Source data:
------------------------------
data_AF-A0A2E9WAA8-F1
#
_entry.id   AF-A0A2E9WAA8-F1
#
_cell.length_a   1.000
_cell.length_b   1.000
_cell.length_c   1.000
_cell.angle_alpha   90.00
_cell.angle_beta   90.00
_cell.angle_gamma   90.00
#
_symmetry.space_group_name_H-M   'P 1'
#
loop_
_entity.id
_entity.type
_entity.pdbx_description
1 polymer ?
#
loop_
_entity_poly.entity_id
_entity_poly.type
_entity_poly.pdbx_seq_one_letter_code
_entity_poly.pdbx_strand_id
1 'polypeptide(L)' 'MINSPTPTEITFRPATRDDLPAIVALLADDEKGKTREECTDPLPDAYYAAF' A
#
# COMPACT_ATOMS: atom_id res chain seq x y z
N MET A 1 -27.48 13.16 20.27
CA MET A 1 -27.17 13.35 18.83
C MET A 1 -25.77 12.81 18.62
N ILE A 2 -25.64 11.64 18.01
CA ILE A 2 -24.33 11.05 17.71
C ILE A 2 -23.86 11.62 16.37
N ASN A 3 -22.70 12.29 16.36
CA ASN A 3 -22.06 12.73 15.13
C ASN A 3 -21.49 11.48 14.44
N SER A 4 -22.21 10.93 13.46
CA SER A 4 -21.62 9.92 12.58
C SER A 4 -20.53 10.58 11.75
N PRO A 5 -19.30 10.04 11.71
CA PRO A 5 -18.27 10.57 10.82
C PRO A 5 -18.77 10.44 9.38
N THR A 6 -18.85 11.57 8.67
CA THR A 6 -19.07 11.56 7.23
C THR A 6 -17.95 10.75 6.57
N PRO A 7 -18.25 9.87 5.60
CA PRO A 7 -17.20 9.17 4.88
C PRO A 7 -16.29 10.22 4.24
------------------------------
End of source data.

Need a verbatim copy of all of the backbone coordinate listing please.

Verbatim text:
data_AF-A0A2E9WAA8-F1
#
_entry.id   AF-A0A2E9WAA8-F1
#
_cell.length_a   1.000
_cell.length_b   1.000
_cell.length_c   1.000
_cell.angle_alpha   90.00
_cell.angle_beta   90.00
_cell.angle_gamma   90.00
#
_symmetry.space_group_name_H-M   'P 1'
#
loop_
_entity.id
_entity.type
_entity.pdbx_description
1 polymer ?
#
loop_
_entity_poly.entity_id
_entity_poly.type
_entity_poly.pdbx_seq_one_letter_code
_entity_poly.pdbx_strand_id
1 'polypeptide(L)' 'MINSPTPTEITFRPATRDDLPAIVALLADDEKGKTREECTDPLPDAYYAAF' A
#
# COMPACT_ATOMS: atom_id res chain seq x y z
N MET A 1 -27.48 13.16 20.27
CA MET A 1 -27.17 13.35 18.83
C MET A 1 -25.77 12.81 18.62
N ILE A 2 -25.64 11.64 18.01
CA ILE A 2 -24.33 11.05 17.71
C ILE A 2 -23.86 11.62 16.37
N ASN A 3 -22.70 12.29 16.36
CA ASN A 3 -22.06 12.73 15.13
C ASN A 3 -21.49 11.48 14.44
N SER A 4 -22.21 10.93 13.46
CA SER A 4 -21.62 9.92 12.58
C SER A 4 -20.53 10.58 11.75
N PRO A 5 -19.30 10.04 11.71
CA PRO A 5 -18.27 10.57 10.82
C PRO A 5 -18.77 10.44 9.38
N THR A 6 -18.85 11.57 8.67
CA THR A 6 -19.07 11.56 7.23
C THR A 6 -17.95 10.75 6.57
N PRO A 7 -18.25 9.87 5.60
CA PRO A 7 -17.20 9.17 4.88
C PRO A 7 -16.29 10.22 4.24